News Item: Meadowlands owners and trainers get out of Dodge early. With just two weekends left to the standardbred meet at the Meadowlands, the annual exodus of horses entering the box at the Meadowlands has begun. For this Saturday's card, fifty less horses were in the entry box. What a disgrace. With the Meadowlands fighting for their survival, you would think horsemen would have supported the entry box there for two more weeks before heading to Chester. Forget about putting on a strong card to encourage Jeff Gural to keep working on financing. Worrying about themselves is why the entire industry is in trouble. The funny thing is if the Meadowlands doesn't reopen, these very same horsemen will be bitching about having nowhere to race in the early part of the year.
Some people claim with the highest purses ever seen in ages; times have never been better to get involved in harness racing. Well, do you remember the dot com bubble? Well, harness racing is in a bubble and it is just a matter of when the bubble bursts. What fueled the bubble? There is no secret that slot revenue has fueled the market for ownership at the highest levels. But at the lower levels, the market is starting to show signs of getting ready to burst.
What do I base this on? Let's take a look at the leading indicators for harness racing; breeding. In an article from harnessracing.com, they talk about Peter Koch having problems filling the races for the final two weeks of the Meadowlands winter meet with Chester Downs opening this weekend (Friday to be exact.). The specific clue we are in a bubble is in the end of the article. Specifically: Fewer horses are being bred and registered every year. The U.S. Trotting Association’s numbers show just 7,256 foals registered in 2009, down from 8,627 in 2008, with that figure down from 9,767 in 2006.
The breeding industry is a leading indicator for harness racing and despite the purses being offered at many harness tracks thanks to racinos, many breeders are being killed at the yearling sales. Sure you have your $200,000 yearlings being sold, but how many yearlings are being sold at a loss or barely breaking even? Each year, we see breeders falling off the map, and fewer yearlings being bred and registered. If the racing industry was so strong, why are some breeders going broke? Some would argue these breeders have stallions that are out of demand right now, but most commercial brokers have stopped breeding the backyard yearlings. For sure, if you have a yearling that does not have perfect conformation or is from a state where the racing situation is not that great, that will hurt prices, but with less yearlings foaled each year, the demand for raceway stock should be increasing given the availability of racinos, resulting in a stabilization of prices for the second tier horses; something which has not happened.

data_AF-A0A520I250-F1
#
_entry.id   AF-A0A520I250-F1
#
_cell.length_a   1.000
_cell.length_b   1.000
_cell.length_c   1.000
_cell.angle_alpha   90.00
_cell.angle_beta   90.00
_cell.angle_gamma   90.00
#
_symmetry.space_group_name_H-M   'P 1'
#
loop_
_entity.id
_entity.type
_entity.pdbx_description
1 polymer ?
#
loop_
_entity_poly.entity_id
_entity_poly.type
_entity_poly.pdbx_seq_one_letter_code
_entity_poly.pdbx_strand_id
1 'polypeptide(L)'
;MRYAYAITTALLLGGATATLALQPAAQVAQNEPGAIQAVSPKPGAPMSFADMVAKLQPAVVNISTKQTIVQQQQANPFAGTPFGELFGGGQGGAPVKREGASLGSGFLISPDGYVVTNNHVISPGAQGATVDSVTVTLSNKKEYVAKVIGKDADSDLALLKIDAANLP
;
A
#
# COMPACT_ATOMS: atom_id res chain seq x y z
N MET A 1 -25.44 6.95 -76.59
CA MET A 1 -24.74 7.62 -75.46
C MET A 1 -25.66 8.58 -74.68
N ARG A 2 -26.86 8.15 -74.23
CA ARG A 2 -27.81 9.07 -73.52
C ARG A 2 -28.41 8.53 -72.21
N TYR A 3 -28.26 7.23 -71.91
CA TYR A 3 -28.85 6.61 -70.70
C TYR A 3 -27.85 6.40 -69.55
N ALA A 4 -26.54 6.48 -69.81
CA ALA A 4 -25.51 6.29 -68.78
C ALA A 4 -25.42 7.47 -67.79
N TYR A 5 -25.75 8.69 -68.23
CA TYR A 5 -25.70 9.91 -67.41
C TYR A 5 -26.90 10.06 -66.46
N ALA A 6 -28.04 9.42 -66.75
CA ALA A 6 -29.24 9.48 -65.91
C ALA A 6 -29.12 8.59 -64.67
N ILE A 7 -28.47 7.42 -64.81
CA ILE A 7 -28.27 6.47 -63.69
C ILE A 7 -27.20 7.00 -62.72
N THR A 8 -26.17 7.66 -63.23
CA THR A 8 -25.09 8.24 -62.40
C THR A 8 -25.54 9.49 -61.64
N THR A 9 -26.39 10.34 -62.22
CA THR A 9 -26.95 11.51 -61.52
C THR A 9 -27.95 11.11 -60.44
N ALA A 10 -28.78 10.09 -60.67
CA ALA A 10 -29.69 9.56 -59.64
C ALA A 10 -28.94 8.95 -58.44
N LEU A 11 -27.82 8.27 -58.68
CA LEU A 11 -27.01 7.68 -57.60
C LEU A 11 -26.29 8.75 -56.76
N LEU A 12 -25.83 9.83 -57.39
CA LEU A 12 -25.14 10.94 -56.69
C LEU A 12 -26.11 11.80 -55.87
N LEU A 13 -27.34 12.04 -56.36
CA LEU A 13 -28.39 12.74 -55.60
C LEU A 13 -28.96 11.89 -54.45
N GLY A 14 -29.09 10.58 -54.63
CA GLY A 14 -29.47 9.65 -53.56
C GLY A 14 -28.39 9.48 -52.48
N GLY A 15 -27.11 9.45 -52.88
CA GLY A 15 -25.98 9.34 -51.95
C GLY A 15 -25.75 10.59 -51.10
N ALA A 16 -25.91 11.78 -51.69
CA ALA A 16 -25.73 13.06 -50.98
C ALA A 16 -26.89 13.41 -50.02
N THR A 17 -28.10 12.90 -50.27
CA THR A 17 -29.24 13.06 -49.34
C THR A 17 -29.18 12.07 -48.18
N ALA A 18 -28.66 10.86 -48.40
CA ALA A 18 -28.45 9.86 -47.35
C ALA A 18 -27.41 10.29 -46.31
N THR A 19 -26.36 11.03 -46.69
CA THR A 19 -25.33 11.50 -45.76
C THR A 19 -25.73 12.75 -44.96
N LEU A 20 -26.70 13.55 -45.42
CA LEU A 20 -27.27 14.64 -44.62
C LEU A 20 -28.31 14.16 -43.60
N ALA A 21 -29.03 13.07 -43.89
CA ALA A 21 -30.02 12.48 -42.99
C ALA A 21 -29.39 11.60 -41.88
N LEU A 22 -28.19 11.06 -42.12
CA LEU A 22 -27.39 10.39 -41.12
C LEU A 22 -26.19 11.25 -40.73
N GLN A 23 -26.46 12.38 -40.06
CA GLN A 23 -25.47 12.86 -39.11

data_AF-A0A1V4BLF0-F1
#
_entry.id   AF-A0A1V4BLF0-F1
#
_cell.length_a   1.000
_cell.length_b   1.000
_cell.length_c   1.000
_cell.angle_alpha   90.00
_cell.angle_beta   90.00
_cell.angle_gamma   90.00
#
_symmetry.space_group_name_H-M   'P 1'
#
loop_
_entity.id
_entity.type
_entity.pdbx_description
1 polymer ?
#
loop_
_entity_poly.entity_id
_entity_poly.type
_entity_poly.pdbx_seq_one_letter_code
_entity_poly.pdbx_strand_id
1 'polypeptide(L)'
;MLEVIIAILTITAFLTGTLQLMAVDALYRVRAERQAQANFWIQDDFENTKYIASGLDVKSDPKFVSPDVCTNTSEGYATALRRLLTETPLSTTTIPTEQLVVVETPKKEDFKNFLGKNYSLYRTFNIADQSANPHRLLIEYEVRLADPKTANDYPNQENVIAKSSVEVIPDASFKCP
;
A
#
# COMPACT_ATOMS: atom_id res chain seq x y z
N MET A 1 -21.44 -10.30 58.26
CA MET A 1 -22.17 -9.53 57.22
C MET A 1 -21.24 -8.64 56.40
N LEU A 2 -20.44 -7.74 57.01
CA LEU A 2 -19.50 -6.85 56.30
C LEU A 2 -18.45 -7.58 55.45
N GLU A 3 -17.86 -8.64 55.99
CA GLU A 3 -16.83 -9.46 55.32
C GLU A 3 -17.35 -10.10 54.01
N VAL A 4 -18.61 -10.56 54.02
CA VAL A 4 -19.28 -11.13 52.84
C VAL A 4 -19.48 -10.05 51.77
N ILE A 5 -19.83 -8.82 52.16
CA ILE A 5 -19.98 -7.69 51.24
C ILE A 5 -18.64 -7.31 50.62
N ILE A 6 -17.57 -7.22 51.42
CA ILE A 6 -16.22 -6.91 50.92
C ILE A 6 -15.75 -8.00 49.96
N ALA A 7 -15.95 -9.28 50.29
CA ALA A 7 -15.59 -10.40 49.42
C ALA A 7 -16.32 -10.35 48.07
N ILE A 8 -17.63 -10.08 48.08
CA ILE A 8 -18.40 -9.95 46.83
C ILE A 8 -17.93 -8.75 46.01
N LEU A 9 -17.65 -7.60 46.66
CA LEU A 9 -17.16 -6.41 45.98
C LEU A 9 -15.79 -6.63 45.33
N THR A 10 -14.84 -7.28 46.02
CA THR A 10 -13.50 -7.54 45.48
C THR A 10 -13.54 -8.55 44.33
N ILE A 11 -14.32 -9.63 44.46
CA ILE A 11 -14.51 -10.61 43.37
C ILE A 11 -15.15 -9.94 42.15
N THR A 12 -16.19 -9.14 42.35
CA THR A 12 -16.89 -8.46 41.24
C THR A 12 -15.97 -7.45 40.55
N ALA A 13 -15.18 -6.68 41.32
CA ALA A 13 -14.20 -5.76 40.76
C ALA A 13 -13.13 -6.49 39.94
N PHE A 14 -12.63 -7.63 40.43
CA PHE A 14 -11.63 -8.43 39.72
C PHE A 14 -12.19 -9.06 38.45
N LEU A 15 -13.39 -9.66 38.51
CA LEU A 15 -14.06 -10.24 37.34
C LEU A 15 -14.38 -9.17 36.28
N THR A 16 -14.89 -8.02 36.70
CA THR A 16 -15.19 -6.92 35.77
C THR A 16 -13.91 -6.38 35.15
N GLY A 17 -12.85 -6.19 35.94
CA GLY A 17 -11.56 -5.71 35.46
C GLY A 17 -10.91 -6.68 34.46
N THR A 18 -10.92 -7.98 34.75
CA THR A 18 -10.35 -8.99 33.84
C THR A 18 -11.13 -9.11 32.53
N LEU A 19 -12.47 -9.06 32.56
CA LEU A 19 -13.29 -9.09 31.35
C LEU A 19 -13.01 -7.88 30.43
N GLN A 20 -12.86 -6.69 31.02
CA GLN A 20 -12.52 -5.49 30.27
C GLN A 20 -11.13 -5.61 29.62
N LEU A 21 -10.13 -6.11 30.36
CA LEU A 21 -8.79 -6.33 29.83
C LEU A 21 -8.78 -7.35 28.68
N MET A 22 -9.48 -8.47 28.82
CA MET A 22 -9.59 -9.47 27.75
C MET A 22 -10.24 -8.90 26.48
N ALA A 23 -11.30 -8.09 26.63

The same stakes caliber yearling buyers continue buying but despite the reduction in the number of yearlings, the raceway market is getting soft. The question is when does the bubble burst? It may be as soon as April 1 if Jeff Gural is unable to consumate a lease for the Meadowlands, it may be later when slot revenue and purses decline. All we know is the market strength is at the highest tiers with the foundation starting to quiver.
So remember, if you want to know how harness racing will do in the long run, just look at the leading indicators.